This Man Restored 240 Million Trees in West Africa — and They Could Help Fight Hunger
Some people plant trees in their backyards, while others pitch in to bring new trees to parks. Tony Rinaudo, on the other hand, has spearheaded the growth of 240 million trees across dozens of countries, according to the Guardian.
The “Forest Maker,” as he calls himself in a memoir, first arrived in Niger from Australia 30 years ago and tried to restore the ravaged landscape by planting as many trees as humanly possible.
After two years, he made little progress and began to reassess his purpose. That’s when he realized that rather than trying to cultivate sky-scraping trees, he could work with the harsh terrain to develop trees that thrived underground by regularly pruning branches and protecting the trunks when fields are plowed.
“In that moment, everything changed,” he told the Guardian. “We didn’t need to plant trees, it wasn’t a question of having a multi-million dollar budget and years to do it, everything you needed was in the ground.”
“Nature would heal itself, you just needed to stop hammering it,” he added.
Rinaudo’s method is known as farmer-managed natural regeneration and it allows forests to thrive in otherwise harsh conditions. And as trees flourish, surrounding communities get a major boost in food security, water quality, and resilience in the face of storms.
As of 2013, Nigeria was growing enough food to feed an additional 2.5 million people with the help of Rinaudo’s metod, according to World Vision.
In Niger, where Rinaudo got his start, farmers saw their yields explode once the underground network of trees took hold.
Last year, he traveled to western Afghanistan to help farmers stricken by drought restore mountain landscapes. Food insecurity in Afghanistan affects a third of the population.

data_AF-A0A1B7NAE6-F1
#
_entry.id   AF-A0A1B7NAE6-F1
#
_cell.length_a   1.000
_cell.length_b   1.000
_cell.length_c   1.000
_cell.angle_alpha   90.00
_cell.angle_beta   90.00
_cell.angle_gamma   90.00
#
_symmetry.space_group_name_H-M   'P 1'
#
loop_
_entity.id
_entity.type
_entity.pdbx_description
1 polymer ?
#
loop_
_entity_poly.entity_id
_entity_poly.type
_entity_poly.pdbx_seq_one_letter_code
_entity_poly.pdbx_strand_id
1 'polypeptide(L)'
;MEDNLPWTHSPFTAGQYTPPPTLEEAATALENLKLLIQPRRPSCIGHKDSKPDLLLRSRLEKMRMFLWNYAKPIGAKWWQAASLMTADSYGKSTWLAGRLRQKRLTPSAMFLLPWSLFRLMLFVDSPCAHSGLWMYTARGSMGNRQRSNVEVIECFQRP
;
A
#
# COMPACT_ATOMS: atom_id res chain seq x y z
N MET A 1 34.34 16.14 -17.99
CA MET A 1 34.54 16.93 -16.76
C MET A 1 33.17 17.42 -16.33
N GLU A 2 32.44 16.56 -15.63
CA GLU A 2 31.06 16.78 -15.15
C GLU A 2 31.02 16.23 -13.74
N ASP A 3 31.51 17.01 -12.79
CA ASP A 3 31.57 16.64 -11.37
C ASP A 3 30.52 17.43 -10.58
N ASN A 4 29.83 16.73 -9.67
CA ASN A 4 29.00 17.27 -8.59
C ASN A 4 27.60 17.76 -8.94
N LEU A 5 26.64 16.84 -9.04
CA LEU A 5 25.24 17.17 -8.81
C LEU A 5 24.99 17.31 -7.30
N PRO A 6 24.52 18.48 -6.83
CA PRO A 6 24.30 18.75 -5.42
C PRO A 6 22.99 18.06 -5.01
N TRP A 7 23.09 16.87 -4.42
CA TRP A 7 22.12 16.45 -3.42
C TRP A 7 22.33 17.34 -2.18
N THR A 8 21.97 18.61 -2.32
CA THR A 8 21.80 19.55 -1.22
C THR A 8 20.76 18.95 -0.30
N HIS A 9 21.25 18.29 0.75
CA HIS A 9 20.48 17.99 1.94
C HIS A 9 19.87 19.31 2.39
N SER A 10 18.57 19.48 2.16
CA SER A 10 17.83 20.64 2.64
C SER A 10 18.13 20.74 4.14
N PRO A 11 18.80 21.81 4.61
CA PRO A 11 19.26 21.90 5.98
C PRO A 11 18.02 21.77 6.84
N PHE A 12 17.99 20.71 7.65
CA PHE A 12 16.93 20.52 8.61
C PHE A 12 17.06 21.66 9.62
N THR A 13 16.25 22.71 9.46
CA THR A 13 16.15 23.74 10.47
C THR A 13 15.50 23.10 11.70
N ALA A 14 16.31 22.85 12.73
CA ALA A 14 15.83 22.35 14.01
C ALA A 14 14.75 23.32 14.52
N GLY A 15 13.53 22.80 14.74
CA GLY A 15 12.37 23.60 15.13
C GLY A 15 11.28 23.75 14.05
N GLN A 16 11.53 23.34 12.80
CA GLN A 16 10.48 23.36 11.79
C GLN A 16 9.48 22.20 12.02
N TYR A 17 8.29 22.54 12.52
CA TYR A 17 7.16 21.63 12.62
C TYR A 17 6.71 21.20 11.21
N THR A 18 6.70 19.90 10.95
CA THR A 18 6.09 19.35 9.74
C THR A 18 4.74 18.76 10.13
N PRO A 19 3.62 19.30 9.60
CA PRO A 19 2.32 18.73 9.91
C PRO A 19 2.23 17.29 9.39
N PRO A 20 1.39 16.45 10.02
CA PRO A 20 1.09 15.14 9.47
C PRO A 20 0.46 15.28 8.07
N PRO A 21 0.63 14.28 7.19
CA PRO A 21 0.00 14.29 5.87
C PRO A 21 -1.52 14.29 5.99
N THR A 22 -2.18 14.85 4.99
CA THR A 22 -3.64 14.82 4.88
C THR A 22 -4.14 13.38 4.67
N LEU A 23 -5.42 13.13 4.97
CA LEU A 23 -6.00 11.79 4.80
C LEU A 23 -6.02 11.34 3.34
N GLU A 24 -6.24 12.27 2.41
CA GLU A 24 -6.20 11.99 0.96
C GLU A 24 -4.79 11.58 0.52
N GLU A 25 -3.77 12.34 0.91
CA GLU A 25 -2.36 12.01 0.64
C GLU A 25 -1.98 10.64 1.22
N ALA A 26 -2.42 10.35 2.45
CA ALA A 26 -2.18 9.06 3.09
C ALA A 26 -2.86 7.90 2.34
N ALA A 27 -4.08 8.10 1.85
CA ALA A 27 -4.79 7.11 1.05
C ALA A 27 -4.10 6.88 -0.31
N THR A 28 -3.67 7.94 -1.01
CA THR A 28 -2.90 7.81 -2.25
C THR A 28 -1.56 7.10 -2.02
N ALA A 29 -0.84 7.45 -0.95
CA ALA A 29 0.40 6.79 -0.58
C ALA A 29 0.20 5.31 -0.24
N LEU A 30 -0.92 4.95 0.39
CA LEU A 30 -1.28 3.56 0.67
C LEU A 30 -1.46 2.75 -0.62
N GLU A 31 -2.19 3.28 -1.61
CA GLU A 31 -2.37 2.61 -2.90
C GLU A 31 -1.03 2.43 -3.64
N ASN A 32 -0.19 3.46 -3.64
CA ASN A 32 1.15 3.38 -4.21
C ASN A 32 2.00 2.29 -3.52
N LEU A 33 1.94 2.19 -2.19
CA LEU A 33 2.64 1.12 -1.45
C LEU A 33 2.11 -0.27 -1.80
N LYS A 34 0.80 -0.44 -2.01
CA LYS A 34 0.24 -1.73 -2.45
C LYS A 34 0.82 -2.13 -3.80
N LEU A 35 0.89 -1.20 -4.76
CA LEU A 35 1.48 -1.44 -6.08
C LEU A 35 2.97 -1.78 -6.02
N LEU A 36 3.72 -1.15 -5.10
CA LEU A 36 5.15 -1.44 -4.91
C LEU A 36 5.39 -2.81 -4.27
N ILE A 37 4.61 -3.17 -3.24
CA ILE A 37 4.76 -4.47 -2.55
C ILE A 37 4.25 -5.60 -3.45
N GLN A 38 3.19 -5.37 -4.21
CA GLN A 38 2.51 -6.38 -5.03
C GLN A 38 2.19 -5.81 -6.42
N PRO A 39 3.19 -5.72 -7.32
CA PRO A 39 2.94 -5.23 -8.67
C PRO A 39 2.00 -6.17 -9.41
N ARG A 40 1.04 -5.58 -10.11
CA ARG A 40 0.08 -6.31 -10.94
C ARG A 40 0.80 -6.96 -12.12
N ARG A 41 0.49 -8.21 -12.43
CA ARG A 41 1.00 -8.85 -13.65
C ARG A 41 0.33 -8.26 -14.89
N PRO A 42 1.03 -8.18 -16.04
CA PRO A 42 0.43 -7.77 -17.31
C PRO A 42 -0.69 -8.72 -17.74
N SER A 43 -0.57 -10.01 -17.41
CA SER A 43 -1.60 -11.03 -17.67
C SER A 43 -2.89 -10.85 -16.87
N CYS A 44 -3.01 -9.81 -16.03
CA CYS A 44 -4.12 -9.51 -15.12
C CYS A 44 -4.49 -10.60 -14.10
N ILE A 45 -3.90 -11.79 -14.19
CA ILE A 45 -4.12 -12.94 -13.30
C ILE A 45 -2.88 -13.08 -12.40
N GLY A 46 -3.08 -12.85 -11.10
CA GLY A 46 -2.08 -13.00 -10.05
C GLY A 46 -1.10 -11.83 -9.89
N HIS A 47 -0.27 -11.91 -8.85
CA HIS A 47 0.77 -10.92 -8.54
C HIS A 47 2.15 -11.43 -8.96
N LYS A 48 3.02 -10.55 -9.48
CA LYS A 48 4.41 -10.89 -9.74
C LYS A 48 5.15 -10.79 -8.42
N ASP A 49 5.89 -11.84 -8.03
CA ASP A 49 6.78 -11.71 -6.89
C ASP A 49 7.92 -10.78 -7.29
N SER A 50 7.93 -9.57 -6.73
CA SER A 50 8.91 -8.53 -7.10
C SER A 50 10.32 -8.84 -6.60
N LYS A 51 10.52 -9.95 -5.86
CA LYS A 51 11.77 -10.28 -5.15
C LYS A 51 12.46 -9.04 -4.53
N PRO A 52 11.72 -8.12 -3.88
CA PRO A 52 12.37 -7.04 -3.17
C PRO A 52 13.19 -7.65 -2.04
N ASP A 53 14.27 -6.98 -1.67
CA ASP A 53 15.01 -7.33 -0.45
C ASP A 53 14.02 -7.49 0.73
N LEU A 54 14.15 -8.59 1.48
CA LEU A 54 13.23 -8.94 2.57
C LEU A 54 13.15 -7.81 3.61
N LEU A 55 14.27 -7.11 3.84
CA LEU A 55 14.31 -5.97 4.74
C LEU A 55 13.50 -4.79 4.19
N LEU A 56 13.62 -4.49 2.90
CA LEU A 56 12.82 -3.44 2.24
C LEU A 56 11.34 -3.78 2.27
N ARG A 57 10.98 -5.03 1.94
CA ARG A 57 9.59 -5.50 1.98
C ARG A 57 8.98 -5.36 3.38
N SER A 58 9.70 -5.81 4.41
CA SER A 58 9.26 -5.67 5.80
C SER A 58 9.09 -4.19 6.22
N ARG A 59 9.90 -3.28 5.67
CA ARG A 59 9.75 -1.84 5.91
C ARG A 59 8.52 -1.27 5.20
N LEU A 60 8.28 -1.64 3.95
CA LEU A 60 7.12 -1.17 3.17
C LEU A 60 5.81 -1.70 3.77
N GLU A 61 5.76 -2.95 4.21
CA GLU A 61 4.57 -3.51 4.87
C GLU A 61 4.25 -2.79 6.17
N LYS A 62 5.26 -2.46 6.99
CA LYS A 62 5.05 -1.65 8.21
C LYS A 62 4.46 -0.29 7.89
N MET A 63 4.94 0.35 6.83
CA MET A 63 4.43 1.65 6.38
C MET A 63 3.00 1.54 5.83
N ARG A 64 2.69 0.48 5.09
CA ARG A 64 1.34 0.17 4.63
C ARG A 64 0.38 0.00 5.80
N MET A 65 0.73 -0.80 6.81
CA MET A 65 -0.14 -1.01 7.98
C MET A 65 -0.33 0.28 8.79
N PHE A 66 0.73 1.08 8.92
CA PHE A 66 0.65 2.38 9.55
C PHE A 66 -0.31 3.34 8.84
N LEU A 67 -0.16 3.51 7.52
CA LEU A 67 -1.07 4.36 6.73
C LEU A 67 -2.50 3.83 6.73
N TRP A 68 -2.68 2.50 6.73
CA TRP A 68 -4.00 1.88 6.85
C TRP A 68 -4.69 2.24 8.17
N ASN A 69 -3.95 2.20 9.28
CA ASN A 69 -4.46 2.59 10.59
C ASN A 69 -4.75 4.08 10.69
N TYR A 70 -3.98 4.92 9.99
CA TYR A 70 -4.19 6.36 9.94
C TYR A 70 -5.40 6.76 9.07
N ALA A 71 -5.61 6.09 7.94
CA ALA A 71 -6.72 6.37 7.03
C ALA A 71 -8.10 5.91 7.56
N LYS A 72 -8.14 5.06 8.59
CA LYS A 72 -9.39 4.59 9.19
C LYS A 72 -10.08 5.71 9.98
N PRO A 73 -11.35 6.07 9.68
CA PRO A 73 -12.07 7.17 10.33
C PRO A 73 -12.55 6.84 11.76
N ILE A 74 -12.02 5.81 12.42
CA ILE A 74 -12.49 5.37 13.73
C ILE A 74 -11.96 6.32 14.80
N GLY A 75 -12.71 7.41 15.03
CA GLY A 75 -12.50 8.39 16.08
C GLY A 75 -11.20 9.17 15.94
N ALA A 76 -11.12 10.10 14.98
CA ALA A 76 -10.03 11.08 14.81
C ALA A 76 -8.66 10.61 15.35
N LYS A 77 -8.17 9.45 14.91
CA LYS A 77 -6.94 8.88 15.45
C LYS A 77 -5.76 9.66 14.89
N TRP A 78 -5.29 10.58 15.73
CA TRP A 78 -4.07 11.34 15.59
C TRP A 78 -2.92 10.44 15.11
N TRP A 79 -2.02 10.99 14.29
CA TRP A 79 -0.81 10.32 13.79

Now he’s taking his vision global by campaigning at the United Nations for improved forest management around the world, the Guardian reports.
Globally, 18.7 million acres of forests are destroyed every year, which is like losing 27 soccer fields worth of trees every minute, according to the World Wildlife Fund.
As trees disappear from an area, biodiversity vanishes, droughts become more common, and landscapes become more vulnerable to storms, floods, and landslides. Deforestation is also a major driver of climate change, accounting for 15% of annual greenhouse gas emissions as carbon stored in trees get released.
The primary drivers of deforestation are clearing land for cattle, agriculture, and development, WWF notes. Forest fires and pests are also growing threats to trees as temperatures increase around the world.
Rinaudo believes that his method of forest regeneration can help in the fight against climate change, while also bolstering food security and water resilience.
“We can do this very cheaply, we can do this very quickly, and we can do this at scale,” he told the Guardian.
SOURCE: Global Citizen